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Defining Occupational Disease in New York

Most people are very familiar with traumatic or specific injuries. An employee slips and falls at work while she is engaged in her work duties and breaks her ankle – this is an example of a traumatic or specific injury that was suffered in the course of a workers’ employment. In the aforementioned example, after investigation of the facts it is usually easy to ascertain if the employee’s accident “arose out of and in the course of her employment.”  Therefore, this type of injury will likely be covered under New York’s Workers’ Compensation Law.

An occupational disease is slightly more difficult to define, but like traumatic injuries, if it is determined by the Workers’ Compensation Board that an occupational disease was developed in the course of a workers’ employment, the person suffering from the disease will be entitled to medical and indemnity benefits associated with the work related disease under New York’s Workers’ Compensation Law. Occupational diseases are injuries and/or conditions that arise out of a workers’ employment, usually through exposure to specific harmful conditions or through repetitive physical actions.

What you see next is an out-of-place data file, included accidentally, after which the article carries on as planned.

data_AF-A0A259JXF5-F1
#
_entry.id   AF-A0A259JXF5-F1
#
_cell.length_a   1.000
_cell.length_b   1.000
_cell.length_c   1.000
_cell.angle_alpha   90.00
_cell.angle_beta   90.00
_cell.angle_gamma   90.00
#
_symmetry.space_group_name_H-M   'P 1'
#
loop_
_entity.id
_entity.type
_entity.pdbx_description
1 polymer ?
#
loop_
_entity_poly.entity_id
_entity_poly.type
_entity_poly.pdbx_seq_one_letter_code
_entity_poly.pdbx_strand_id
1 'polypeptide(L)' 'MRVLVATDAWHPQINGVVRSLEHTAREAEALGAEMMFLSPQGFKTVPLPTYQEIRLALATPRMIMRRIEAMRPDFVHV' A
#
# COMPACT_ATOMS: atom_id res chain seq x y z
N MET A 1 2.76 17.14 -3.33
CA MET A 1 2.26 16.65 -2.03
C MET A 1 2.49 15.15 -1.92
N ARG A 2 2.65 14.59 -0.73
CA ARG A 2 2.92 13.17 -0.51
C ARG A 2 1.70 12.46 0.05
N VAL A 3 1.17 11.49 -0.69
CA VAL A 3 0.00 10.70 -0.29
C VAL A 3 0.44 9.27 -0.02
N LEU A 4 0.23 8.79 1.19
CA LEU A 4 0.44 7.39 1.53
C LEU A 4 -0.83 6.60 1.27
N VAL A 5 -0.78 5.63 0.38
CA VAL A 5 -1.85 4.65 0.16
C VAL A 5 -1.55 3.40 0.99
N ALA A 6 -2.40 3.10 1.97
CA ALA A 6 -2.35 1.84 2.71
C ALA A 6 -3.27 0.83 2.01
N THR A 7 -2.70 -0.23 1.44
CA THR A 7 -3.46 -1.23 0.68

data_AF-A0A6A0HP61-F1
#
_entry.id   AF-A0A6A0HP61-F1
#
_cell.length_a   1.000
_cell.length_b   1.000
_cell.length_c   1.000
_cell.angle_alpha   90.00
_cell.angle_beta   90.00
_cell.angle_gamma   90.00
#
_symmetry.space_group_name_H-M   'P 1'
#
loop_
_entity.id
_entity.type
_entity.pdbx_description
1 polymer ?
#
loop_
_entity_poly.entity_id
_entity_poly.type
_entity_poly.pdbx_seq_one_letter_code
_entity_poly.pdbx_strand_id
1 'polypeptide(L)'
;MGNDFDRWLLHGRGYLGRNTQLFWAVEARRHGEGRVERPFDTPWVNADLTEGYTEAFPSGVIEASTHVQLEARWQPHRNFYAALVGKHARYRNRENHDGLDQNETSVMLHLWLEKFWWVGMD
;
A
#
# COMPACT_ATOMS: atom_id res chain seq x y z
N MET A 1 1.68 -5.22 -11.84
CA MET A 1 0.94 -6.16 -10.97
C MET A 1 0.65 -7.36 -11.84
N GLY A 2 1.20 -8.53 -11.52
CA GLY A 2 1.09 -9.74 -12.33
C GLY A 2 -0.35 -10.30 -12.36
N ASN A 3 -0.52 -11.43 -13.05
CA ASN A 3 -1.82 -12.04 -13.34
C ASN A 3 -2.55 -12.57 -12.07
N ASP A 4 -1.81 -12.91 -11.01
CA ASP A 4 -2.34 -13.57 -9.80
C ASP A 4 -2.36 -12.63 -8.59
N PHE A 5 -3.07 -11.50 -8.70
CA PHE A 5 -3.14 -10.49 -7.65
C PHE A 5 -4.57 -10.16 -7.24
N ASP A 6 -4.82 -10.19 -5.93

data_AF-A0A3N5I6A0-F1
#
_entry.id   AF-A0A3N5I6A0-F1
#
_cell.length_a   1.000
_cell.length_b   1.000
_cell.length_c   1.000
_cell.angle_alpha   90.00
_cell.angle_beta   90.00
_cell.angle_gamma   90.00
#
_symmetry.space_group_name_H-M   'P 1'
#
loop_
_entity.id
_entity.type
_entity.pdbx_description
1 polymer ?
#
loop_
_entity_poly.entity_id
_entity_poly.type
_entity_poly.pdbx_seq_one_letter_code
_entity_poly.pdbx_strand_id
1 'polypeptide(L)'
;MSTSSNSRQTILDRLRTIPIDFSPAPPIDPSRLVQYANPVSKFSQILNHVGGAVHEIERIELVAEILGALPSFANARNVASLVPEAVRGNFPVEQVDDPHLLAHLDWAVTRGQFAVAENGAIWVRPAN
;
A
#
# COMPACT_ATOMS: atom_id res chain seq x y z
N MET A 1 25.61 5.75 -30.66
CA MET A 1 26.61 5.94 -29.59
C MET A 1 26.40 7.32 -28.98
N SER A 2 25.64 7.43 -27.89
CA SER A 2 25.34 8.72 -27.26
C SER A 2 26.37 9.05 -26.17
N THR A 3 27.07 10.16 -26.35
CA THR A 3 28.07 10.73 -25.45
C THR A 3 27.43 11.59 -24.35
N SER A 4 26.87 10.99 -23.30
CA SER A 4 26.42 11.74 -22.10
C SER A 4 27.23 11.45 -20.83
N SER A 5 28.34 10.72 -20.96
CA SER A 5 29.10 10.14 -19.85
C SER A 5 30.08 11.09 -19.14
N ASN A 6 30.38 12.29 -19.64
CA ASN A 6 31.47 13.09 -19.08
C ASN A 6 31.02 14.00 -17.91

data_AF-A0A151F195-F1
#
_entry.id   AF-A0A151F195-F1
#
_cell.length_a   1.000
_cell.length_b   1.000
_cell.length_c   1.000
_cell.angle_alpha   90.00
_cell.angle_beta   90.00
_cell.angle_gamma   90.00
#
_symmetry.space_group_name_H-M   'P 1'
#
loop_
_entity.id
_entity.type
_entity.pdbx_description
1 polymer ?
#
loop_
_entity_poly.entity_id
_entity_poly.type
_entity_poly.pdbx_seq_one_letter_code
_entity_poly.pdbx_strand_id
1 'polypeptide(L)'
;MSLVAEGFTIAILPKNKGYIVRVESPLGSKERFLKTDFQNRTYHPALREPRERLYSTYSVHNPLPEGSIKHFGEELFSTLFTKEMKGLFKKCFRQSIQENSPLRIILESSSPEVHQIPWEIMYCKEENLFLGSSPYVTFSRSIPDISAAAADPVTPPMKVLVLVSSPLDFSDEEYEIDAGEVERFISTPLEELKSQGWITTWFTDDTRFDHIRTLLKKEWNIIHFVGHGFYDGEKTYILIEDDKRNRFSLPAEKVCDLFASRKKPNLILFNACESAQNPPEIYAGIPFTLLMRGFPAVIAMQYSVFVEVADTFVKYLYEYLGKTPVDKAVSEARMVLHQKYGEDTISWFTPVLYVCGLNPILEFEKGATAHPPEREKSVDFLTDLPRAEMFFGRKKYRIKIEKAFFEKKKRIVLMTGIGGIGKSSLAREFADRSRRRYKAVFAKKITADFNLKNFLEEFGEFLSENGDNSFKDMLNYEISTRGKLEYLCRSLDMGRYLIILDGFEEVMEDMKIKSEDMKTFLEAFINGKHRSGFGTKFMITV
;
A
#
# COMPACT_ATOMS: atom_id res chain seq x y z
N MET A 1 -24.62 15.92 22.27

The most common occupational diseases include the following:

  • Chemical poisoning/ Lung diseases (conditions suffered through prolonged exposure to chemicals like lead, asbestos, etc.)
  • Carpal Tunnel Syndrome (caused by repetitive physical motions)
  • Skin Carcinomas
  • Hearing impairment (caused by prolonged exposure to loud noise)
  • Post Traumatic Stress Disorder (PTSD)

A more comprehensive list of Occupational Diseases was defined by the International Labour Organization and can be found here.

Typically, it is slightly more difficult to establish that occupational diseases are work related or attributable to a specific employer because the nature of the onset of a disease is such that most take many years to develop or become symptomatic and most people switch jobs periodically throughout their lives. Therefore, issues such as apportionment of liability may arise. Generally, if it can be established that an occupational disease is work related and once the nature of the disease is specified, a worker suffering from such a disease will be entitled to indemnity benefits and medical benefits just like he or she would have been if they had suffered from a traumatic or specific physical injury at work.

However, it should be noted that under Workers’ Compensation Law Section 28, a person must submit a claim for an occupational disease within two (2) years of when the employee knew or should have known that the alleged condition was due to their employment, or within two (2) years of the date the employee was disabled as a result of the condition, whichever is later or the worker will be barred from bringing the claim.

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